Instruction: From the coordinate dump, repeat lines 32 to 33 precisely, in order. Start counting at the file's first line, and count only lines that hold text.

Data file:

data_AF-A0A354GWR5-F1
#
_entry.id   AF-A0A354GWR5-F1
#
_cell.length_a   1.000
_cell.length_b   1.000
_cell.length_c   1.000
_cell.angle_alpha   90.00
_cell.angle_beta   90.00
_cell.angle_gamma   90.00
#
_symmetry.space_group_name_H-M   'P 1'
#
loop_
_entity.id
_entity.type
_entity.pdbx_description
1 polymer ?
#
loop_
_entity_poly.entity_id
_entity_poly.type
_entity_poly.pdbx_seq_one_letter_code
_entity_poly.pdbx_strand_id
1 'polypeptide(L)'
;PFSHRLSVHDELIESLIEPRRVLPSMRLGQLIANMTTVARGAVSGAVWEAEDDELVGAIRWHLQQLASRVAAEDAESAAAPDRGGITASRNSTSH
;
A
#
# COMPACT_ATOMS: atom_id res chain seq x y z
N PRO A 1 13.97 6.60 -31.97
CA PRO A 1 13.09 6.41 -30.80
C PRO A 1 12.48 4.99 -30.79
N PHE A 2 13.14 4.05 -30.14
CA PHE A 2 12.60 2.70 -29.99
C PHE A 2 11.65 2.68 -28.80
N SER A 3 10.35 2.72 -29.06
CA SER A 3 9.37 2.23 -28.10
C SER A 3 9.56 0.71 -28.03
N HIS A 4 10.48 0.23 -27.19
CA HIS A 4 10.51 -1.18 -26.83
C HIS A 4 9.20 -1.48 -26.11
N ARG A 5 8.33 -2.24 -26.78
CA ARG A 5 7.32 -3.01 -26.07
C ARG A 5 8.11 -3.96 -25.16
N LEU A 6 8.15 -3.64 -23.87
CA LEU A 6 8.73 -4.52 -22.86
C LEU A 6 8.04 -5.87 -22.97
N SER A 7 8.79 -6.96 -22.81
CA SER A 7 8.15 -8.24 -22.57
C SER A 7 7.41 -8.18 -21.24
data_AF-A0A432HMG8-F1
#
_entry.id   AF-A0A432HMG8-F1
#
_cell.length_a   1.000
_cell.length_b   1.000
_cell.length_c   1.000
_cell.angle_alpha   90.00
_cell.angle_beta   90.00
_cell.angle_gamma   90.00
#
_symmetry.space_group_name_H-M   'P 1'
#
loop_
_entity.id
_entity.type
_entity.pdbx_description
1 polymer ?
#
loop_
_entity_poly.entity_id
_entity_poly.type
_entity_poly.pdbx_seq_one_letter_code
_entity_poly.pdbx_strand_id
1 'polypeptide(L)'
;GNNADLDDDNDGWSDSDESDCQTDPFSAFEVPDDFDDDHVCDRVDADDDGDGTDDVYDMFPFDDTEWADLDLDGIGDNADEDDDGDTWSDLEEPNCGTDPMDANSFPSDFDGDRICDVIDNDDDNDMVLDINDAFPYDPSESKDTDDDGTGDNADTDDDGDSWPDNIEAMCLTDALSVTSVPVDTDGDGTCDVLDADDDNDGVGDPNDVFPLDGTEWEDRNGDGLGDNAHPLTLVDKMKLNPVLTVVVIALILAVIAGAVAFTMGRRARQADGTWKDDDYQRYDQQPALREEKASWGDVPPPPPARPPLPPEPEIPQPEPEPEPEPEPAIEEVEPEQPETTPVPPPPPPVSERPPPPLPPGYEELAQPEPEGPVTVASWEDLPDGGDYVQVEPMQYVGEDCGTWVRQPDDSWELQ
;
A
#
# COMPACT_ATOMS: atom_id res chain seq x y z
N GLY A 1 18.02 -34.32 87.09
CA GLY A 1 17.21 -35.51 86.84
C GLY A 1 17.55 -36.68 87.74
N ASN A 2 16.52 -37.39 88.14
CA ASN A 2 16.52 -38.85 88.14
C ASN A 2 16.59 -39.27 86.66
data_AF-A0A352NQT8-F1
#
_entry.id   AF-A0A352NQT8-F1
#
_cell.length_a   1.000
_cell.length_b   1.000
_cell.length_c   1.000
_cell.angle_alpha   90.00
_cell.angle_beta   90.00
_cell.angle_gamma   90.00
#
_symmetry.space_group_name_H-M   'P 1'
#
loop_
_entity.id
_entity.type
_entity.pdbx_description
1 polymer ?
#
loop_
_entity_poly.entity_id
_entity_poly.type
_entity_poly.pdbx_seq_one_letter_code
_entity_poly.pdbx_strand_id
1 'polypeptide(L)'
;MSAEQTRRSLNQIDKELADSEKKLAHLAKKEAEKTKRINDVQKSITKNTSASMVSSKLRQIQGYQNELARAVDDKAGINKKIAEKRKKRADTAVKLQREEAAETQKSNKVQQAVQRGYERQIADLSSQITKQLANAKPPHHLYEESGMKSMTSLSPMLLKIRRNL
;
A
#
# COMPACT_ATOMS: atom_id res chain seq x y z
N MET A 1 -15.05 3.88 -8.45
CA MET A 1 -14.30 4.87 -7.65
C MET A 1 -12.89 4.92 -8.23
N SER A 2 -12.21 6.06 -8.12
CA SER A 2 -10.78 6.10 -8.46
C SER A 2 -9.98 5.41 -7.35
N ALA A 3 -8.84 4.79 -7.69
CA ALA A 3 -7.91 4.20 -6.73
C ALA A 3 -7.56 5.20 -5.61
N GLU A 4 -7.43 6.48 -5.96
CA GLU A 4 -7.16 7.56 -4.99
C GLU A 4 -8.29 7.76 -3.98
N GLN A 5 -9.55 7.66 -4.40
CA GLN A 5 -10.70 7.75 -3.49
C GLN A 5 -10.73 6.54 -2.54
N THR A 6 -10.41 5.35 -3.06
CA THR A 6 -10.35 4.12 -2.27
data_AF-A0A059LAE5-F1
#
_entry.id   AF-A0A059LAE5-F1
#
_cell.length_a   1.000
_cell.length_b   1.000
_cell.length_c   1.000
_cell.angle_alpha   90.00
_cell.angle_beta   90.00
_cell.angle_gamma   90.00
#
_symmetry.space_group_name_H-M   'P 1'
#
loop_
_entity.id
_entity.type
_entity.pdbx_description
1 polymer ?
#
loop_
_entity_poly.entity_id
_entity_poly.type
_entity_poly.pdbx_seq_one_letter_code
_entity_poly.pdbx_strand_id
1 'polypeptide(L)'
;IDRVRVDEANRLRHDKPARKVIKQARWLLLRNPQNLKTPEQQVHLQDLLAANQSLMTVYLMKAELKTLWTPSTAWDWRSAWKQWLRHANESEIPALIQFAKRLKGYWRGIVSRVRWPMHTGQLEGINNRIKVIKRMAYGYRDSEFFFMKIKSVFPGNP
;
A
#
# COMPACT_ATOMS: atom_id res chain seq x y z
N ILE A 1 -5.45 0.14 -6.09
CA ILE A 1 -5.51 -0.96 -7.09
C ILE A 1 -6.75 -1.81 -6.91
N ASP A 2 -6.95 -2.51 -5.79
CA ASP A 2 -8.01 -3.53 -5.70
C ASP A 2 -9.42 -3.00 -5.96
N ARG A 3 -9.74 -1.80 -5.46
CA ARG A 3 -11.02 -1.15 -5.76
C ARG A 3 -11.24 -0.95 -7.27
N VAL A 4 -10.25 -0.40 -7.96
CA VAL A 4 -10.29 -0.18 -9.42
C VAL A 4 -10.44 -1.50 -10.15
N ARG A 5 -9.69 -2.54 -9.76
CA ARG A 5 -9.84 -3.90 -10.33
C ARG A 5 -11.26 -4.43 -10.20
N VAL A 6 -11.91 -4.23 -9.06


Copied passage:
CA PRO A 1 13.09 6.41 -30.80
C PRO A 1 12.48 4.99 -30.79